This is a long campaign, Mr Cameron is right about that. (Although, in fairness, and without any partisanism, his campaign on Europe is twice as long, which begs the question, why did he bring the length of the campaign up?) 

If a week is a long time in politics, 2 years is an eternity, and almost anything could happen... no, anything could happen. 

Opinion polls at present show unionists with an inbuilt lead, but not nearly enough of a lead to suggest that they could have it in the bag. Not even now.

We have slightly under two years to help these undecided make up their minds.

In the end we will make a decision and, although some disappointed nationalists might emigrate to Norway, and some disappointed unionists  might emigrate to England, most Scots will have to live with that decision, one way or the other, as will their children. 

We need to think seriously of the time 'when the hurly-burly's done; when the battle's lost and won'... A battle won on lies is a battle unfinished, whichever side wins.

We've seen the personal and economic depression that that brings, close at hand in Ireland. Maybe Scots would deal with it differently. Although I note we have had Irish intervention in the form of the First Minister, Mr Robinson, campaigning for the UK, and advice from some of his supporters on partitioning, should there be a geographical divide. Not perhaps the happiest of imagines.

So there's a lesson in that for all of us who are fighting one way or the other. We should take Mr Sarwar in the spirit of his words rather than his actions, and make ensure an honest and open argument. And hope that not too much damage is done to the nation in working through the pros and cons of the two possibilities for its future.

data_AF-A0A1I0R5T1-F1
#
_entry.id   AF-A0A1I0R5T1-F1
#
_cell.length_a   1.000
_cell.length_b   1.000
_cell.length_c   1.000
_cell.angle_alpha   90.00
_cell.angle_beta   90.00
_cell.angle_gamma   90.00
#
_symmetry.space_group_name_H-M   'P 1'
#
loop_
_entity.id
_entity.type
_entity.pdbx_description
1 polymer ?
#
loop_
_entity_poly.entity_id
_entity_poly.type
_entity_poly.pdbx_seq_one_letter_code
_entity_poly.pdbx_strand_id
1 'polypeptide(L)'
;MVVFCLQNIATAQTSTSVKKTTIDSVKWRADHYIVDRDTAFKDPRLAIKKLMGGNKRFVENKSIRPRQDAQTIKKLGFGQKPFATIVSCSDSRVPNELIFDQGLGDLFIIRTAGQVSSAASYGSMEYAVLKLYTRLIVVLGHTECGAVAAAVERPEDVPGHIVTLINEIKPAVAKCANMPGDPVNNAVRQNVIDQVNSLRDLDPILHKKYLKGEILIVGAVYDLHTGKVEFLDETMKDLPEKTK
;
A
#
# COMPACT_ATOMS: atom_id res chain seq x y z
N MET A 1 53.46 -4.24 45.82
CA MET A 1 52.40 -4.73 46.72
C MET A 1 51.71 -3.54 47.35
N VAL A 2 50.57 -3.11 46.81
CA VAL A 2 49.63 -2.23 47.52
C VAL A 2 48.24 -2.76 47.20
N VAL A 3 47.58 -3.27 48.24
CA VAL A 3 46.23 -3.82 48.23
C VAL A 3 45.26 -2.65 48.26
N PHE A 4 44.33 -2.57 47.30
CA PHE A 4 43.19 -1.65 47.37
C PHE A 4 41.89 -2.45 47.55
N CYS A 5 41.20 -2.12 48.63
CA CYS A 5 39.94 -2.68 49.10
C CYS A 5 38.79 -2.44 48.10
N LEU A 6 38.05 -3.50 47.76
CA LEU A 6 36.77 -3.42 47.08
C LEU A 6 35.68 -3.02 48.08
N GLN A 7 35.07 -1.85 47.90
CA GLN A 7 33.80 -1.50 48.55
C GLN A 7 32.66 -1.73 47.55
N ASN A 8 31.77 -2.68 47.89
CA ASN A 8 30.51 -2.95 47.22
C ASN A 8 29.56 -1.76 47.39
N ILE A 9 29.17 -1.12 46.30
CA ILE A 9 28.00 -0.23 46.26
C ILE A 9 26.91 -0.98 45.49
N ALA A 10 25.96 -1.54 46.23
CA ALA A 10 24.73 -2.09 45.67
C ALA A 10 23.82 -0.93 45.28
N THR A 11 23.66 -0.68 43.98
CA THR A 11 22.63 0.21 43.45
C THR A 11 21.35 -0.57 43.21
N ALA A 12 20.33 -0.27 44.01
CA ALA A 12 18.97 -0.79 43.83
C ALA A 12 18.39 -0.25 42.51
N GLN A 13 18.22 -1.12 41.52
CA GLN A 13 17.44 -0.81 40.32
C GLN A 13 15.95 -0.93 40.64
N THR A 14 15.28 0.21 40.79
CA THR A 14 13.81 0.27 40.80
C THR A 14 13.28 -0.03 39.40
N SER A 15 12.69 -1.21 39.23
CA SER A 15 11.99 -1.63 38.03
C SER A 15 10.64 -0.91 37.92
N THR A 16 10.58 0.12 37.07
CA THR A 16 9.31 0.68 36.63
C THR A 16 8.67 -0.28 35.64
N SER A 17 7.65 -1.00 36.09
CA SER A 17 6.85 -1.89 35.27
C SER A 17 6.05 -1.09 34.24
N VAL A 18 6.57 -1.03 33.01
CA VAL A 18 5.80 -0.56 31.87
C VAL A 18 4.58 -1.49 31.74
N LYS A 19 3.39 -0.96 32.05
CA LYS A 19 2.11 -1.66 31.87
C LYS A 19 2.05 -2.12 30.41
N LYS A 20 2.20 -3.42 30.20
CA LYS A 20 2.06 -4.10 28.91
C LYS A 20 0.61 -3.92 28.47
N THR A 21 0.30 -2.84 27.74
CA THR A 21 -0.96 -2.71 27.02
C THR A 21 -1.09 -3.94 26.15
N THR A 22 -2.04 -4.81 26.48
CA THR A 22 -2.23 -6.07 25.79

1. Brilliant and thought-provoking comments, Tris, I'll come back to it!

  2. tris

    yes well with Cameron size and length is wery important he would like to
    claim the biggest and longest Campaign something he learnt at Eton.


    dont rush back after all your only gonna say Labour =Tory the level of
    debate needs to be little bit higher.
    seem to me Brownlie has had a Jimmy saville moment with the Labour party
    and aint got over it

    I find the notion of voting for Independence will keep at bay
    the Torys or right wing economics with the consequent
    social polices risible.

    Cant see how living at the size of a city state is somehow preferable to
    a larger union such as the eu which the snp crave for and use as large
    part of their campaign.
    sovereignty is pile of poo Alex says lent it to me and then gives it all to the
    eu go figure that one.

    Nuclear free join the NATO nuclear club

    Run your own economy keep the English pound and B of E control WTF???
    Scottish republic with a hereditary monarch eh ! what???

    Personally i see this Independence wish as more a deep psychological need
    than political one more emotion than rational its like trying to tell your pal
    the woman he loves is a well not wery nice. you cant get through to him

    You wanna make headway tell Alex to stop making silly unachievable promises
    I mean he is still saying Scotland will walk straight into the eu when even the dogs in the street know its a bit more complicated than what he says.

    To be honest most people now discount most of what he says as Hyperbole
    without a factual base he would do better to level with the people on the probable
    difficulties and how we could tackle them.

    spend all the oil money and at the same time save it all for the Nations future

  3. Thank you John. Please do.

  4. Hello Niko: